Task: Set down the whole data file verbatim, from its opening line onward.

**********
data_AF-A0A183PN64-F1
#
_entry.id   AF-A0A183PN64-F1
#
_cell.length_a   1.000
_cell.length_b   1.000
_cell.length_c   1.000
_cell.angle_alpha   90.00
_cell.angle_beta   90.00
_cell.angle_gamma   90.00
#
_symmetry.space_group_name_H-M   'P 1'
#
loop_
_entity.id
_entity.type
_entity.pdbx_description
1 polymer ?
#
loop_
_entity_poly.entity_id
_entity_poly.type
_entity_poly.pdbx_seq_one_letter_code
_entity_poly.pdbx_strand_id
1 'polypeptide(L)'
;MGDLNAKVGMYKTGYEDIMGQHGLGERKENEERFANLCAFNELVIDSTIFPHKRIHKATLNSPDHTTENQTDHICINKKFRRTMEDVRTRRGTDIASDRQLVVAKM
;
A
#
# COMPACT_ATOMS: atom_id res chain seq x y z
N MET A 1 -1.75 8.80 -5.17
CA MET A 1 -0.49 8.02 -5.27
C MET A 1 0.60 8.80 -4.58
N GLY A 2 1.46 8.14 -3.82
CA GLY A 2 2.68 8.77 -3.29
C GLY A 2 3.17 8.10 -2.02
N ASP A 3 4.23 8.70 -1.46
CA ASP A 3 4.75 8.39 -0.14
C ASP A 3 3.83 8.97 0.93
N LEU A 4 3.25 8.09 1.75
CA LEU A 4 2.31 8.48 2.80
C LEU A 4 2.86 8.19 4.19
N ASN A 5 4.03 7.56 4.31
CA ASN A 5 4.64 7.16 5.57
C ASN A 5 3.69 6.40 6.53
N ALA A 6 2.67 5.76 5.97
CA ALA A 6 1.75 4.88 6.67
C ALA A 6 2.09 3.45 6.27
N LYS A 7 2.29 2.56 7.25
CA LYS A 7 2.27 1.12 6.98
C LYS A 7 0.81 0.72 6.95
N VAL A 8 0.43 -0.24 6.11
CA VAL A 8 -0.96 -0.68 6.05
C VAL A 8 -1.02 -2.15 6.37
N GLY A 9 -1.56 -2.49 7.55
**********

data_AF-A0A183PN64-F1
#
_entry.id   AF-A0A183PN64-F1
#
_cell.length_a   1.000
_cell.length_b   1.000
_cell.length_c   1.000
_cell.angle_alpha   90.00
_cell.angle_beta   90.00
_cell.angle_gamma   90.00
#
_symmetry.space_group_name_H-M   'P 1'
#
loop_
_entity.id
_entity.type
_entity.pdbx_description
1 polymer ?
#
loop_
_entity_poly.entity_id
_entity_poly.type
_entity_poly.pdbx_seq_one_letter_code
_entity_poly.pdbx_strand_id
1 'polypeptide(L)'
;MGDLNAKVGMYKTGYEDIMGQHGLGERKENEERFANLCAFNELVIDSTIFPHKRIHKATLNSPDHTTENQTDHICINKKFRRTMEDVRTRRGTDIASDRQLVVAKM
;
A
#
# COMPACT_ATOMS: atom_id res chain seq x y z
N MET A 1 -1.75 8.80 -5.17
CA MET A 1 -0.49 8.02 -5.27
C MET A 1 0.60 8.80 -4.58
N GLY A 2 1.46 8.14 -3.82
CA GLY A 2 2.68 8.77 -3.29
C GLY A 2 3.17 8.10 -2.02
N ASP A 3 4.23 8.70 -1.46
CA ASP A 3 4.75 8.39 -0.14
C ASP A 3 3.83 8.97 0.93
N LEU A 4 3.25 8.09 1.75
CA LEU A 4 2.31 8.48 2.80
C LEU A 4 2.86 8.19 4.19
N ASN A 5 4.03 7.56 4.31
CA ASN A 5 4.64 7.16 5.57
C ASN A 5 3.69 6.40 6.53
N ALA A 6 2.67 5.76 5.97
CA ALA A 6 1.75 4.88 6.67
C ALA A 6 2.09 3.45 6.27
N LYS A 7 2.29 2.56 7.25
CA LYS A 7 2.27 1.12 6.98
C LYS A 7 0.81 0.72 6.95
N VAL A 8 0.43 -0.24 6.11
CA VAL A 8 -0.96 -0.68 6.05
C VAL A 8 -1.02 -2.15 6.37
N GLY A 9 -1.56 -2.49 7.55